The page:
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A challenge to sustain Penn

To the Editor:

I attended the Founder's Day Symposium on sustainability and left feeling thoroughly uninspired. As a student who feels a deep commitment to working toward solutions to the environmental crisis, I was greatly discouraged by what amounted to 120 minutes of professors patting themselves on their backs for the progress Penn has made in the field of sustainability.

While President Gutmann opened the symposium suggesting that the panel could offer some real-world solutions to environmental problems, I was repeatedly baffled by its evasiveness.

When audience members inquired about what steps Penn has already taken and would be taking in the future, the Panel spewed back vague verbiage ("We will improve on all dimensions") or marginalized the issue ("The fact that the president of the University considers the environmental efficiency of the car she buys indicates great change").

While I'm paraphrasing, the gist is there. And if you were in the audience, I'd bet you'd be shocked too at how little can be said in so many words.

So, do I have anything to do besides gripe? Well, yes. I offer a challenge.

Our founder, Benjamin Franklin, was a leader among his countrymen and understood the importance of symbols in inspiring change. He famously designed the "Join or Die" political cartoon of a serpent separated into segments to engender support among others for the American Revolution.

He understood that leaders must lead by example, and he lived according to the values he preached.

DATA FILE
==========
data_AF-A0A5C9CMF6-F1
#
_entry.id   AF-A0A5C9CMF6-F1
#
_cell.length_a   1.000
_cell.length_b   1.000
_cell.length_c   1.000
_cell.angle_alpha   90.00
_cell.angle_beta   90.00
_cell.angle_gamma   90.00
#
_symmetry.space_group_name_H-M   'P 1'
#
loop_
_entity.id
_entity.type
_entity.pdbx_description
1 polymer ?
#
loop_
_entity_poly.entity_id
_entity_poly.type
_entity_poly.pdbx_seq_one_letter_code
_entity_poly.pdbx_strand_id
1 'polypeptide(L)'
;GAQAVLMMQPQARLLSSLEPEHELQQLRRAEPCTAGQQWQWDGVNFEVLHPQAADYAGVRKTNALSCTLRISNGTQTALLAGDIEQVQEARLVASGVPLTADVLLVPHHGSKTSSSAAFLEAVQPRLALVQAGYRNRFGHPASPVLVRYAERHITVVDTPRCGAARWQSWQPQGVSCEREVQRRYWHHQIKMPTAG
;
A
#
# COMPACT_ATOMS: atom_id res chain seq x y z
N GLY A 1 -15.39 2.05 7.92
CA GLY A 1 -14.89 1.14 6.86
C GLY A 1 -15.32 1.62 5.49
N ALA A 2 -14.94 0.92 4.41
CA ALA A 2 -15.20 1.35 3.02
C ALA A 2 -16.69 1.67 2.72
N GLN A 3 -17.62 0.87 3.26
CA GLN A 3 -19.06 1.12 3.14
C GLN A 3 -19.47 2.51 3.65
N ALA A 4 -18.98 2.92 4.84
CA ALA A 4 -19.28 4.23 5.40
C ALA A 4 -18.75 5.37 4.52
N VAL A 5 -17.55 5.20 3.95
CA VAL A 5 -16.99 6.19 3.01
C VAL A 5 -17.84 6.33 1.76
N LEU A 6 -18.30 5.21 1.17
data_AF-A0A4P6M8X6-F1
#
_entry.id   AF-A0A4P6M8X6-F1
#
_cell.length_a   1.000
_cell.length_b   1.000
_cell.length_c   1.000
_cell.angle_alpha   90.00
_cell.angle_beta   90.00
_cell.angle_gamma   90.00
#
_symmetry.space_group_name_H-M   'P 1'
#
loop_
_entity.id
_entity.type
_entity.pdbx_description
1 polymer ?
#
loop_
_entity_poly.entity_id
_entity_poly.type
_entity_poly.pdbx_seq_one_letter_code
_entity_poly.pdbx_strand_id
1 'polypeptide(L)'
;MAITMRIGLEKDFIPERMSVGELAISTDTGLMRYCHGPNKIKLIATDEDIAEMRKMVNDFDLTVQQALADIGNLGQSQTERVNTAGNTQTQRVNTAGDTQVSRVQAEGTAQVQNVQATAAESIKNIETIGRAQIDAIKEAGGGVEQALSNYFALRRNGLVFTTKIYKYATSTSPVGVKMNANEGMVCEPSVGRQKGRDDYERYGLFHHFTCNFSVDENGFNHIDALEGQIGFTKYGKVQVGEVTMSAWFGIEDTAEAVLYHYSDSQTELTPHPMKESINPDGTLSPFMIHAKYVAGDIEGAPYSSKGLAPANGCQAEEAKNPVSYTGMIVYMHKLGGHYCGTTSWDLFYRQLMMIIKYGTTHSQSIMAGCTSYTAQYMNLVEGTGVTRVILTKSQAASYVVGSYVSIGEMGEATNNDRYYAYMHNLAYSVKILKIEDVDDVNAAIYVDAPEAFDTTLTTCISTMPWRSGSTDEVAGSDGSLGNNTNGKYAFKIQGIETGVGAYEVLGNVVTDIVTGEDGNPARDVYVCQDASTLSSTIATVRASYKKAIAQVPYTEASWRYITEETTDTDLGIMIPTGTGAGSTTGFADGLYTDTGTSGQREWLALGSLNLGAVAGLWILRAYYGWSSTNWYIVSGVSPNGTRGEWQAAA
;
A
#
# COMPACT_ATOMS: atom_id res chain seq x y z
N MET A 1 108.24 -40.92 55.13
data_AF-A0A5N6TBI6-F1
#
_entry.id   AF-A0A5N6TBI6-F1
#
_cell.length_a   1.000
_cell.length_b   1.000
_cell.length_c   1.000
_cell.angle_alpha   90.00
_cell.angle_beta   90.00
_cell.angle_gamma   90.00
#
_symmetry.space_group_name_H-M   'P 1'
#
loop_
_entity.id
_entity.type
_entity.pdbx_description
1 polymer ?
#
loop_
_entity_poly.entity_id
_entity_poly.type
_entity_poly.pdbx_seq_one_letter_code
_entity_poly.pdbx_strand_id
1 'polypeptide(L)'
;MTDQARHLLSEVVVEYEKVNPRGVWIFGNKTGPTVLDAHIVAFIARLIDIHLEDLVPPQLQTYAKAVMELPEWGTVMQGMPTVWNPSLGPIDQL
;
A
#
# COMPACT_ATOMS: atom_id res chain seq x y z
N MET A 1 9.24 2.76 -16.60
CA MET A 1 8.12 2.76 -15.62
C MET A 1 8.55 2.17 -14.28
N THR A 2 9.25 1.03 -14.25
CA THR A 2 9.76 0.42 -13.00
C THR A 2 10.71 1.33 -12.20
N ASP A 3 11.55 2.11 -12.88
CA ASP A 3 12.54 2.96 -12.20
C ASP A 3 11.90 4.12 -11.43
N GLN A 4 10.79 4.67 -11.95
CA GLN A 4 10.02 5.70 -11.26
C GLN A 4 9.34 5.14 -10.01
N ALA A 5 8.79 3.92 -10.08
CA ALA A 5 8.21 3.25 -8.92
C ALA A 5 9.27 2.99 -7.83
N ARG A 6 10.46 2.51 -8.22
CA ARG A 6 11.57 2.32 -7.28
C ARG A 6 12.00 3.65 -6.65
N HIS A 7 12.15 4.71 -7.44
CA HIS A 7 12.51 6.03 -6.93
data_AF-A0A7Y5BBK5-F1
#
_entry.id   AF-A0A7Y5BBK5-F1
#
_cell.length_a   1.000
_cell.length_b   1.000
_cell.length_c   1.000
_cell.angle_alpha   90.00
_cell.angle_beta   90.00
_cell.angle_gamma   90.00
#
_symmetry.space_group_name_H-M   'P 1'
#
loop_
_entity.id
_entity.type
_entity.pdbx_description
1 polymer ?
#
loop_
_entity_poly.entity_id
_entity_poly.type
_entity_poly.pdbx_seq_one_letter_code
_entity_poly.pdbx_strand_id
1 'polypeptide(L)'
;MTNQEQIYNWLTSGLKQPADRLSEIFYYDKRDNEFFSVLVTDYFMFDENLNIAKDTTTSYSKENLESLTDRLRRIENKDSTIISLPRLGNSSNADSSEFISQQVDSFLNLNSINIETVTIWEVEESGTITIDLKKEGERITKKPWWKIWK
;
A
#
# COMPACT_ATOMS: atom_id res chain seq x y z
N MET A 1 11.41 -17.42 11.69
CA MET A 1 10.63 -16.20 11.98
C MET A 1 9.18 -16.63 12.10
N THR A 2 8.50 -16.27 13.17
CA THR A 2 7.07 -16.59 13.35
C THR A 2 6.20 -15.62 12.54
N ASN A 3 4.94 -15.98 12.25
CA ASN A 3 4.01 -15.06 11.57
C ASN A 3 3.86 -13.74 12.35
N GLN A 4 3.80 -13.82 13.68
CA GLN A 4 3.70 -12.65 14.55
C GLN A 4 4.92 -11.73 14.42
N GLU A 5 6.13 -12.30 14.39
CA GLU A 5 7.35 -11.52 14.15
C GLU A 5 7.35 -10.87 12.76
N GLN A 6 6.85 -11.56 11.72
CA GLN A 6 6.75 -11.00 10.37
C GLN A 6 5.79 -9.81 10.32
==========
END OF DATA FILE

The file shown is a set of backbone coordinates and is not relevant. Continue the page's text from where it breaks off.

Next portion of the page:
So, President Gutmann, I challenge you - no, I dare you - to do the same.

I suggest, to truly commemorate Founder's Day, that you lead the charge for environmentalism by adopting a lifestyle indicative of those values. Would you be willing to hold the distinction as the first president of the University of Pennsylvania (and perhaps any university) to use a compost toilet?

This would close an ecological loop by recycling your presidential excrement as fertilizer to local farms, save water by not using plumbing, save energy by not using the extremely energy-taxing water treatment plants and prevent your waste from, well, going to waste.

And let me personally pledge that if President Gutmann is willing to use a compost toilet, I will do my best to make sure it is constructed.

Environmentalism means personal sacrifice. If we are to ever reclaim this planet, we must be willing to not eat strawberries when they are not in season, we must be willing to spend more money on free-range beef, we must be willing to turn off the lights and we must have leaders who show us the way.

President Gutmann, I dare you to be a beacon of hope, to show us that we can live a sustainable life - if we only give a crap.

Zachary Bell

The author is a College freshman

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